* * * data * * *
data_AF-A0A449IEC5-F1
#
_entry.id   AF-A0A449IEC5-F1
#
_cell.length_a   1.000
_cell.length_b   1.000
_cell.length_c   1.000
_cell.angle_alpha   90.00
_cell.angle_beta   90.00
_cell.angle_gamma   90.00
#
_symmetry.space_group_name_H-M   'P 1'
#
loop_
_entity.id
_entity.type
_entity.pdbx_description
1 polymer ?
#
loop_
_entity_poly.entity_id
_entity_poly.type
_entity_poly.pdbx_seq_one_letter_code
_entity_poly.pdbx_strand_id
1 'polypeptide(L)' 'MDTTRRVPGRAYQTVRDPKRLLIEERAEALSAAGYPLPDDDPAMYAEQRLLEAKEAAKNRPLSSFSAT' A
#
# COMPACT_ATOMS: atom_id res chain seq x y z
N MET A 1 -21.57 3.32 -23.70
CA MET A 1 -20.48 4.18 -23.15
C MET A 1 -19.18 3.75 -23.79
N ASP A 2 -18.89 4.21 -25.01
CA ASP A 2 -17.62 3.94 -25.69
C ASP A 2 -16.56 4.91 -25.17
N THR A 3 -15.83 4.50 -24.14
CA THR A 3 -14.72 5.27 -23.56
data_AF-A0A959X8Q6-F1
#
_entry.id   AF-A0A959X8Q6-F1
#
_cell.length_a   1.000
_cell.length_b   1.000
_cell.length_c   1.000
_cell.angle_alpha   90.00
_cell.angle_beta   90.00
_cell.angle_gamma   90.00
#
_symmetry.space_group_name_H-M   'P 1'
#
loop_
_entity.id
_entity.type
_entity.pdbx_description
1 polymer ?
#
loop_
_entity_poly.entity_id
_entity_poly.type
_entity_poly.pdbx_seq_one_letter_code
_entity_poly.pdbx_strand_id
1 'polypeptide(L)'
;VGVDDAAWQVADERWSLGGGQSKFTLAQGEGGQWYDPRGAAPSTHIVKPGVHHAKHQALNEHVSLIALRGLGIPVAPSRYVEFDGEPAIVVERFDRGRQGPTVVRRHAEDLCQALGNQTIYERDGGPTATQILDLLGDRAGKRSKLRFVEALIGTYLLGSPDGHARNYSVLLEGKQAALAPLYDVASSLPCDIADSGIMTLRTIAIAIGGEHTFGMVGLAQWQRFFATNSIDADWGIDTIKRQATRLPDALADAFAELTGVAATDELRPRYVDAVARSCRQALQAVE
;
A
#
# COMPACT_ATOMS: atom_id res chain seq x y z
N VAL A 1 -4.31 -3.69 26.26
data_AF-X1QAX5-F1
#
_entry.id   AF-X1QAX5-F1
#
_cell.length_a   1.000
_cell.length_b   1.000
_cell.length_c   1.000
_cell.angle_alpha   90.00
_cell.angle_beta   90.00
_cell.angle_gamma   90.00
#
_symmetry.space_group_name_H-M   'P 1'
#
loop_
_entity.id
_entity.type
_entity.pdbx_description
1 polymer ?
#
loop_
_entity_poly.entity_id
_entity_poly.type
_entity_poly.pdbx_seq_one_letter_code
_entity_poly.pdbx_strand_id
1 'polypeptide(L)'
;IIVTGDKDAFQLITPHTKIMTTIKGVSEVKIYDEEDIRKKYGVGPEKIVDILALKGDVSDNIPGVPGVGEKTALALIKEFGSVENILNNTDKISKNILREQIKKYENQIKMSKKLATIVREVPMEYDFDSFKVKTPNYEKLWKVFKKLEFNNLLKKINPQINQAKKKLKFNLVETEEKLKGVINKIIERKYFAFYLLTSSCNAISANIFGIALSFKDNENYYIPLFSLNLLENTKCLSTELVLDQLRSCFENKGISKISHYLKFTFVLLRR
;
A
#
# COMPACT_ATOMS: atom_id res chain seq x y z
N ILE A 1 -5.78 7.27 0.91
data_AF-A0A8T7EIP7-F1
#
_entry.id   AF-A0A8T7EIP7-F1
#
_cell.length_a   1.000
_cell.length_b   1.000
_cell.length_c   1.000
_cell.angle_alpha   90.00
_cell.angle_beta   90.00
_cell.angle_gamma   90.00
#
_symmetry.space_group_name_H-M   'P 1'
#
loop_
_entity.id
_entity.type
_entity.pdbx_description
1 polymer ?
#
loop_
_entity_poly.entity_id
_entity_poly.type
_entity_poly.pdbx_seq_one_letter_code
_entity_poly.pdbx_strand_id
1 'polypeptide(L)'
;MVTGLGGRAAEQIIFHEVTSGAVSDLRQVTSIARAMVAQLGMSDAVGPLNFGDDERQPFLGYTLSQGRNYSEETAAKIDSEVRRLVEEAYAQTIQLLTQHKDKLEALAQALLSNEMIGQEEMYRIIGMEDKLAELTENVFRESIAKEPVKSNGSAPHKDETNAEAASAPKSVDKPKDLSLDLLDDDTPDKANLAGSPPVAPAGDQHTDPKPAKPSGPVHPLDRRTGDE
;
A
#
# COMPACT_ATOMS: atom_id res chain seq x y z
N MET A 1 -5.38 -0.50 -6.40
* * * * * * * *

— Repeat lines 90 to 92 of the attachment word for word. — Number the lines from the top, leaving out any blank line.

_entity_poly.pdbx_strand_id
1 'polypeptide(L)'
;IIVTGDKDAFQLITPHTKIMTTIKGVSEVKIYDEEDIRKKYGVGPEKIVDILALKGDVSDNIPGVPGVGEKTALALIKEFGSVENILNNTDKISKNILREQIKKYENQIKMSKKLATIVREVPMEYDFDSFKVKTPNYEKLWKVFKKLEFNNLLKKINPQINQAKKKLKFNLVETEEKLKGVINKIIERKYFAFYLLTSSCNAISANIFGIALSFKDNENYYIPLFSLNLLENTKCLSTELVLDQLRSCFENKGISKISHYLKFTFVLLRR